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I'm a guy who likes to cook, eat, and drink, but not necessarily in that order. This blog is nothing fancy; just my random thoughts about anything that can be baked, roasted, or fried. Enjoy!

Sunday, April 6, 2014

Cooking in French

While in Paris, Laura and I rented a studio apartment. And while we could have stayed at The Ritz or the George V, as wonderful as that would have been, spending a week in a studio apartment provides a more authentic sense of what makes Paris so special. Besides, an apartment would give me an opportunity to shop Paris’s famous markets and cook dinner.
© 2014 Chris Terrell
Our apartment was located at 10 rue Francois Miron in the Marais. The front windows looked onto a small square wedged between two imposing, yet classic, governmental buildings. On Wednesdays and Saturdays, it doubled as a market. The back window of our apartment looked onto the enclosed courtyard and the L’Eglise des Saints Gervais et Protais.

© 2014 Chris Terrell
That Wednesday morning, the square looked no different that it did the day before. In fact, it was still wet from Tuesday’s cool rain. Had I been misinformed? Then slowly, around 11:30am, a dozen or so tents began to sprout.  (Later, we discovered the Wednesday market is an afternoon market, so Parisians can shop on the way home from work.) By the time Laura and I had returned from a round of sightseeing and shopping, the market was in full stride. There were stalls selling vegetables, breads, cheeses, fruits, and flowers.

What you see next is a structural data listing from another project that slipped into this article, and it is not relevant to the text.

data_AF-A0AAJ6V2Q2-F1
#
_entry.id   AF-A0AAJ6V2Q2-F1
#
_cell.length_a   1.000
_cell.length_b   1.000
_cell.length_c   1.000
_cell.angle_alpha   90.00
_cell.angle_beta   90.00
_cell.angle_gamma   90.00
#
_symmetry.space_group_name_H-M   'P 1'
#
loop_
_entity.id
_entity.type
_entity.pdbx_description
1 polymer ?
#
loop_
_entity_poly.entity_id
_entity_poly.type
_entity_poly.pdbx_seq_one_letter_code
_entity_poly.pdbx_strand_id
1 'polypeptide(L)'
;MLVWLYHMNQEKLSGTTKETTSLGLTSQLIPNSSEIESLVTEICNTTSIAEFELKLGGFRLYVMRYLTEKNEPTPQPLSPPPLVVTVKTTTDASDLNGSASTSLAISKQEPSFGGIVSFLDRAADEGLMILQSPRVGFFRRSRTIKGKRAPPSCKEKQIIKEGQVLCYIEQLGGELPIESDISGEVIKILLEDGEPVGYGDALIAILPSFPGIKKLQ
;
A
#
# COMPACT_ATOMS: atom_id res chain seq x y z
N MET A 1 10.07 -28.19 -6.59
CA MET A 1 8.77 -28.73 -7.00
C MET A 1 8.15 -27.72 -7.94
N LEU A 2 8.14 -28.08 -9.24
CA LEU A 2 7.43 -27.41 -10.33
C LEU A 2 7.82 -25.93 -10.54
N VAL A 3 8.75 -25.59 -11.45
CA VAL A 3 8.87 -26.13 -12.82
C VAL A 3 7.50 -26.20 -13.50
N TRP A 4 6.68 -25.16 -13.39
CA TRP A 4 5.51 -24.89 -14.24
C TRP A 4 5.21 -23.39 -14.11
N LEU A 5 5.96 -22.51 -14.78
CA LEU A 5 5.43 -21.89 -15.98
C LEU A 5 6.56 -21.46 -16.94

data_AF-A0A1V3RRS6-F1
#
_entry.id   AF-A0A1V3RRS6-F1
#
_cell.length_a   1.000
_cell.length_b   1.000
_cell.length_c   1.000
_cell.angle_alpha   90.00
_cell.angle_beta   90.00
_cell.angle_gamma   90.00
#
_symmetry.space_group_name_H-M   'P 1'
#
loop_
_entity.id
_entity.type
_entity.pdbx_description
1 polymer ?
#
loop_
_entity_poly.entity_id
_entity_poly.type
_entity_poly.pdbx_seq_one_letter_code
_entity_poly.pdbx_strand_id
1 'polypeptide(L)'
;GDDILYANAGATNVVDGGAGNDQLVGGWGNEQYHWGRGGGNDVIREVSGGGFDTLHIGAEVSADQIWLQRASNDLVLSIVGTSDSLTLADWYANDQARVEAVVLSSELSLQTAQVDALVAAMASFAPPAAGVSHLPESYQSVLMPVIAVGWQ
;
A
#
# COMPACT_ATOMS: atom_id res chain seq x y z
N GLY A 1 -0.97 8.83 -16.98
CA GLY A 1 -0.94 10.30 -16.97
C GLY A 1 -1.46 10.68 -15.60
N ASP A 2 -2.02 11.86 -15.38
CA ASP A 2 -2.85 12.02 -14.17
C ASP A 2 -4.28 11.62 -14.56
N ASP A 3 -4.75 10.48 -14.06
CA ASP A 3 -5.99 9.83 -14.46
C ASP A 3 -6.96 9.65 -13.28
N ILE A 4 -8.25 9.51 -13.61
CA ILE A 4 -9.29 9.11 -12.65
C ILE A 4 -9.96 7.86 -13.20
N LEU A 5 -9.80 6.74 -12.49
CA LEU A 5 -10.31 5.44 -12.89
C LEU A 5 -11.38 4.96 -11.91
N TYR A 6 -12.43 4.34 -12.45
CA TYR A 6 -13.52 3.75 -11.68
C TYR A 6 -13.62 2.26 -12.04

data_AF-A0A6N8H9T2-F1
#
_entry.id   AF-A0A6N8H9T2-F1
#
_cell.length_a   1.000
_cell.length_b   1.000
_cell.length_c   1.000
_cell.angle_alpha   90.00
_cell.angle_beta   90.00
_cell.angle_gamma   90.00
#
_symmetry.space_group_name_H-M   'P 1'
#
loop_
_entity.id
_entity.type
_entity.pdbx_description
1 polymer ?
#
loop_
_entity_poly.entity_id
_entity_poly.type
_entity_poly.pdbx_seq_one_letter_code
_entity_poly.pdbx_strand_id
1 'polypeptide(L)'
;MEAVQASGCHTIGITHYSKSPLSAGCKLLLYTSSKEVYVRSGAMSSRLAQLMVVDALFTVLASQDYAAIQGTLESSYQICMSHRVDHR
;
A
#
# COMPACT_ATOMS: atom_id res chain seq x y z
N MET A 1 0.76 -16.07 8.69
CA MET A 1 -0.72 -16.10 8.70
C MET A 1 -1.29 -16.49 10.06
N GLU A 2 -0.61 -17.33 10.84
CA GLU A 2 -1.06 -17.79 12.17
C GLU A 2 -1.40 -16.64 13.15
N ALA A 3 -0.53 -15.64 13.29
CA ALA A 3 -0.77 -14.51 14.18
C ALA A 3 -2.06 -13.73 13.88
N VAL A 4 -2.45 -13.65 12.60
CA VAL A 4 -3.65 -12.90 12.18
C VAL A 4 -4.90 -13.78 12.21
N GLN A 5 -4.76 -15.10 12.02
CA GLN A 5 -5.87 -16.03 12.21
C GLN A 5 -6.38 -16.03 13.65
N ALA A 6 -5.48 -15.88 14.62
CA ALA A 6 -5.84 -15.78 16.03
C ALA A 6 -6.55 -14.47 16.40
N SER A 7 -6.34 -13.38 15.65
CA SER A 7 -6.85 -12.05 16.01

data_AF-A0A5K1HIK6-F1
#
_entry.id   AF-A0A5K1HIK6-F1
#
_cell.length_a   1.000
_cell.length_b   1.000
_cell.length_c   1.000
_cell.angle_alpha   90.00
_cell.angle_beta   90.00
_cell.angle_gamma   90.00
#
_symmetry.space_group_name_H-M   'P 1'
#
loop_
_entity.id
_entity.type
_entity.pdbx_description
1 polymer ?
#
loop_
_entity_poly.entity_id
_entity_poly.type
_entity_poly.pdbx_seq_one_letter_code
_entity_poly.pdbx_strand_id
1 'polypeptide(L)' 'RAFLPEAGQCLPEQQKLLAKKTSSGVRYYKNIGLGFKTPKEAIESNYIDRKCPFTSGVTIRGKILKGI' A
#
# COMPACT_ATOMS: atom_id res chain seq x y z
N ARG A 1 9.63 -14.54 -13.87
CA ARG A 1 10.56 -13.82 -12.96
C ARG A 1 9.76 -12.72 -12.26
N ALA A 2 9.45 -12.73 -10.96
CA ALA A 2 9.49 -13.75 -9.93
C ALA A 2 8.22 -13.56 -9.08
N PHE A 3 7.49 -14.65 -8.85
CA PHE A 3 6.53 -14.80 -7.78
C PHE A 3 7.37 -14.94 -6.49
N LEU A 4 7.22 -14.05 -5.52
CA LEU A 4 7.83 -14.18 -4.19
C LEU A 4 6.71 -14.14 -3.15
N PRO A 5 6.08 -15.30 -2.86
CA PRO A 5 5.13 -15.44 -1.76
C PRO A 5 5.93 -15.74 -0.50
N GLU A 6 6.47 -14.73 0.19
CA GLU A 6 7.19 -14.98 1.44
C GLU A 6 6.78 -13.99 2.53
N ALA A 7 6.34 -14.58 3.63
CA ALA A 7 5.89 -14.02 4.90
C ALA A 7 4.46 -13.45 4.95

It was good for me that this was an afternoon market. We were having my dad and his significant other over for dinner, and I had not thought too hard about what to cook for dinner. In other words, I was a bit pressed for time.
© 2014 Chris Terrell
I grabbed a head of lettuce and radishes for a simple green salad; potatoes and leeks for a potato leek soup; and haricots vert. The Wednesday market does not sell poultry, meat, or seafood, so I had to go to the supermarket to grab some chicken and lemons for the chicken paillard; a baguette (of course); some dijon mustard; and cheeses, cornichons, and charcuterie. I had what I needed for dinner. And while I was gone, Laura put out the fresh tulips we had purchased at the market.

© 2014 Chris Terrell
Working hard on dinner. 
I quickly discovered that cooking that evening would be a bit of a challenge. There was no oven to speak of. I think we had a microwave that doubled as some kind of convection oven contraption. Any serious baking or roasting was out of the question. I wouldn’t be deterred, however. And it really didn’t matter—this would be a simple meal. 

I also didn’t have a food processor, immersion blender or, alas, a Vitamix to make a super smooth soup. Instead, I used the new knife I had purchased at E. Dehillerin earlier in the day to dice the potatoes and leeks in microscopic cubes and paper thin slices. Lots of salt and pepper and a little bit of cream and—voila!—I had ersatz potato leek soup!

© 2014 Chris Terrell
I sautéed some haricots vert to go with the chicken pail lard  along with shallots, butter, lemon juice, and white wine. For dessert, we had some very alcoholic sweets from a local candy store. In short, we were set for dinner in Paris.

© 2014 Chris Terrell
It was a mild evening, so we kept the windows open. Candles, flowers, jazz on the stereo, and the rhythmic sound of the Parisian police car completed the scene. At one point, I thought: “How Parisian!”  But it wasn’t really Parisian, any more than it was Italian, Spanish, American, or even Russian. We were doing what everyone likes to do: have a nice meal with loved ones and talk about the day. This time, the day just happened to have been in Paris.


  1. I think Butte pastry should get it's own post! I looked it up and it's actually Irish. It has a very interesting story associated with coal miners and the crust of the pie blocking their blackened fingers from the food. - http://www.pastrycraftseattle.com/blog/2011/01/21/savory-pies-irish-butte-pasties/